All cyclists must share the road with other users including cars, vans, trucks and motorbikes and it’s paramount that they be aware of your presence, especially in poor light conditions. For this reason it’s recommended by many road safety agencies that cyclists wear high-visibility (hi-viz) clothing in order to reduce the risk of accidents.
A 2006 review of 42 studies in this area indicated that fluorescent clothing could increase the distance at which drivers could detect and then recognise cyclists in daylight conditions, and that that retro-reflective materials worn by cyclists at night had a similar effect on driver perceptions. However a 2013 study from the University of Bath and Brunel University found that the wearing of hi-viz clothing made no difference to how close drivers passed when overtaking, so it is important not to overestimate the effectiveness of hi-viz gear, or assume that the wearing of it overrides normal safety considerations when biking, or the rules of the road.
While the matter of whether or not to wear hi-viz is a personal choice, it’s certainly something to consider for commuters who must negotiate busy city streets in the early morning, at dusk or in conditions of poor visibility (such as mist, fog or rain), as well as for road riders who train under similar circumstances.
Hi-viz clothing and accessories are characterised by bright, fluorescent colours – yellow, green or orange being the most common – which are designed to stand out clearly against the normal muted backgrounds of city streets or country roads. They will also feature reflective strips or piping which – as the name suggests – reflect the beam from vehicles’ headlights to increase visibility at night and in low light.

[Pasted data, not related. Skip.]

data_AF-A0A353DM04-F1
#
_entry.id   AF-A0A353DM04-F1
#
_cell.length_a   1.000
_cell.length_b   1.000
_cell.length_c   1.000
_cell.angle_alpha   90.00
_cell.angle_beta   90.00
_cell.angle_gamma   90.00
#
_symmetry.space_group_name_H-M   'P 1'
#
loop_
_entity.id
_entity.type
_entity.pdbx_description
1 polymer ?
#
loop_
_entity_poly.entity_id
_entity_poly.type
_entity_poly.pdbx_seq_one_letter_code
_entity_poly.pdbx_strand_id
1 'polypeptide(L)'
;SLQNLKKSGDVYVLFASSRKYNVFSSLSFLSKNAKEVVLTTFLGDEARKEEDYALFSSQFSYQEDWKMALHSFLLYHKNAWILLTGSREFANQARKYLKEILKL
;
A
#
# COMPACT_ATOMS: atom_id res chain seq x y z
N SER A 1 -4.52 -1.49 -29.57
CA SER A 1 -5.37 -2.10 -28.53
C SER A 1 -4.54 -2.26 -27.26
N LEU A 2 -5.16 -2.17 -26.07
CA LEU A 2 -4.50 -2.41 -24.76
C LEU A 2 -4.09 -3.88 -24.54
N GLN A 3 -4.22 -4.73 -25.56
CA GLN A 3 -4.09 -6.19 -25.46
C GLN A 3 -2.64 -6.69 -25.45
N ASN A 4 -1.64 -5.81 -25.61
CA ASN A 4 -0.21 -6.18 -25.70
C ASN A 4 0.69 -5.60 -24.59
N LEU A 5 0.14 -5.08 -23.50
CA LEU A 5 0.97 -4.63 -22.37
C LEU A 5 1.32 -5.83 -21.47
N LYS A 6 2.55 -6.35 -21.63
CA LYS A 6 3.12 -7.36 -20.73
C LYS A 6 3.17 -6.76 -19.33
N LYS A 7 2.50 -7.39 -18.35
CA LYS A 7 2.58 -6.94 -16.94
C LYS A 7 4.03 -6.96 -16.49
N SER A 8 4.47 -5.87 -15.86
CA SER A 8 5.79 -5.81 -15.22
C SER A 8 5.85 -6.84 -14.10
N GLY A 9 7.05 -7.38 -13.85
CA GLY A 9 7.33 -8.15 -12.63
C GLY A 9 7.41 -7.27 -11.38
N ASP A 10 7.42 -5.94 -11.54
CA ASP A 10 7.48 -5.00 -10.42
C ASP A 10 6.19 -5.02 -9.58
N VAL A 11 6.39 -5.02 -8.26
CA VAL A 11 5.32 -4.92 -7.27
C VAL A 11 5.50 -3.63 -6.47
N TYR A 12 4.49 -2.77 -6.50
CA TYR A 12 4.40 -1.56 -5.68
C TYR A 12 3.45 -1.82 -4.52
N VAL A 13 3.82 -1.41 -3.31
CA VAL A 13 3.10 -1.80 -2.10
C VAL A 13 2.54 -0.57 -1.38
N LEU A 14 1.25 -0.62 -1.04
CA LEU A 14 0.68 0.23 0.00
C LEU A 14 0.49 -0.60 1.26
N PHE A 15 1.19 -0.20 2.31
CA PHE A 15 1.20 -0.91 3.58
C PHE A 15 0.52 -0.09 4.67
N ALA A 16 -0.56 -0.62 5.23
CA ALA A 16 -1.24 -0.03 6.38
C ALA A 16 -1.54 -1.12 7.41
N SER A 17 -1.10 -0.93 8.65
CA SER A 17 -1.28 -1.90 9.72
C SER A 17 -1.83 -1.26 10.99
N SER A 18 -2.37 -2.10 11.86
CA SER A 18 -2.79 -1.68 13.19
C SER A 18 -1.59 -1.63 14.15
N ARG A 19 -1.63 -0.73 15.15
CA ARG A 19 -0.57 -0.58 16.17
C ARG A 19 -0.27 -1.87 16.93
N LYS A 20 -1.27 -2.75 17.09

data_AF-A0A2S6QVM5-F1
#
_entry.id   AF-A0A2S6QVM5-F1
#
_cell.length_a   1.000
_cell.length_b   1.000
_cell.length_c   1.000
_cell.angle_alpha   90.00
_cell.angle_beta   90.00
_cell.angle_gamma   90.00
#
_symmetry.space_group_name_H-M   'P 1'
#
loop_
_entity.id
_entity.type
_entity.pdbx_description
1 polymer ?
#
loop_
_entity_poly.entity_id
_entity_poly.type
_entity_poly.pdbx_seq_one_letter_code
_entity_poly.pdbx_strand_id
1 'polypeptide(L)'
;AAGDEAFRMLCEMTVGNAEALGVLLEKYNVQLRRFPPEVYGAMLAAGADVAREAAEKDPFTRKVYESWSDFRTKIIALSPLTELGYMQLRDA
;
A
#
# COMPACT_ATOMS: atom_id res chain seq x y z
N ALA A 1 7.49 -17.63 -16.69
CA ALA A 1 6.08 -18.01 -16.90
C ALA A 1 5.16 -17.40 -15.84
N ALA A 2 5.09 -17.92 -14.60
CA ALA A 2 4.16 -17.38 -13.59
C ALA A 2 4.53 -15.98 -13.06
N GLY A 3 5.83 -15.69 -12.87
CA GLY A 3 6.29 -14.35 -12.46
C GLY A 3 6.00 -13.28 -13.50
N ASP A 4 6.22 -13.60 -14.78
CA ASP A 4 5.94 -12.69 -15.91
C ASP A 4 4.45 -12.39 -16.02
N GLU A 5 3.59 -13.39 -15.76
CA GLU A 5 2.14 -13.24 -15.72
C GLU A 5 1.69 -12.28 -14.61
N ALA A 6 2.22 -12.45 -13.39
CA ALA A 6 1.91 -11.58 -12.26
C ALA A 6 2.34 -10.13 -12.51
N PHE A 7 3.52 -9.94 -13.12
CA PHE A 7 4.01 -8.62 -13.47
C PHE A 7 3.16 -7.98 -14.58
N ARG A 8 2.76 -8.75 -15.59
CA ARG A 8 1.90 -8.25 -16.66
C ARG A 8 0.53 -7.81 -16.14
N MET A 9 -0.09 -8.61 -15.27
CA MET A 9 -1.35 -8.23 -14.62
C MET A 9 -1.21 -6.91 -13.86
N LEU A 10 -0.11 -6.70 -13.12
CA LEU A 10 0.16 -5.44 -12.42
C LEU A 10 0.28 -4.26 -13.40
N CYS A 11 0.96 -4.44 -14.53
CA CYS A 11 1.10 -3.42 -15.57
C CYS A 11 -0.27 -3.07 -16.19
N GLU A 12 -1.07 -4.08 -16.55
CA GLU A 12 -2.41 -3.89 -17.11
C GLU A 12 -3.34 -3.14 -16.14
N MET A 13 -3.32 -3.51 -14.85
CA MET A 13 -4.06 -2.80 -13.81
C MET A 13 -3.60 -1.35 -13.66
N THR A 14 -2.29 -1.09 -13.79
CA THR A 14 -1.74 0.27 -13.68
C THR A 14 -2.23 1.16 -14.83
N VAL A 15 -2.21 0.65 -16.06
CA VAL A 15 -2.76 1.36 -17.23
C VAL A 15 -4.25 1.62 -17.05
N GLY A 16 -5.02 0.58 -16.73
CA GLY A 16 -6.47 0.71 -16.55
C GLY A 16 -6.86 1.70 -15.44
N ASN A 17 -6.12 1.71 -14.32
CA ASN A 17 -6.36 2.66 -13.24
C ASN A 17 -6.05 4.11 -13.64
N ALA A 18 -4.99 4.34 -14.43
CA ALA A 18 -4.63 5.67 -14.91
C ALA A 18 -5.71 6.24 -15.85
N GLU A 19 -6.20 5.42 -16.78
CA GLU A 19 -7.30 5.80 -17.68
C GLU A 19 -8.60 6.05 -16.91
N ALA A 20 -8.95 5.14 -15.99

Multiple different types of hi-viz garments and accessories are available including:
• Jackets: With all the functionality and performance of ‘standard’ cycling jackets, including lightweight, waterproof and breathable materials and a small stowage size so they can be easily stored in a backpack or jersey pocket, hi-viz jackets are the sensible choice for anyone riding in low light conditions or who simply wants to be as visible to other road users as possible.
• Gilets: As above, lightweight cycle gilets are available in hi-viz colours for early morning spring training rides or any ride at all.
• Vests: Hi-viz vests will typically emphasise visibility rather than breathability or performance, reflected in their relatively inexpensive price tag. Although perhaps not suitable for long training rides – their non cycle-specific cut and technical limitations soon proving a disadvantage – they are absolutely fine for commuters, walkers or even motorcyclists.
• Gloves:M Hi-viz cycle gloves are intended to improve visibility of cyclists’ hand signals in poor light conditions.
• Backpack covers: Perfect for all-season commuters, hi-viz backpack covers will increase your visibility from the rear with the added bonus of keeping the contents of your backpack dry in the event of inclement weather.
• Adhesive reflective strips: These can be added to any part of your bike or cycle apparel for increased visibility – for example the rear of your helmet or the back of your child seat.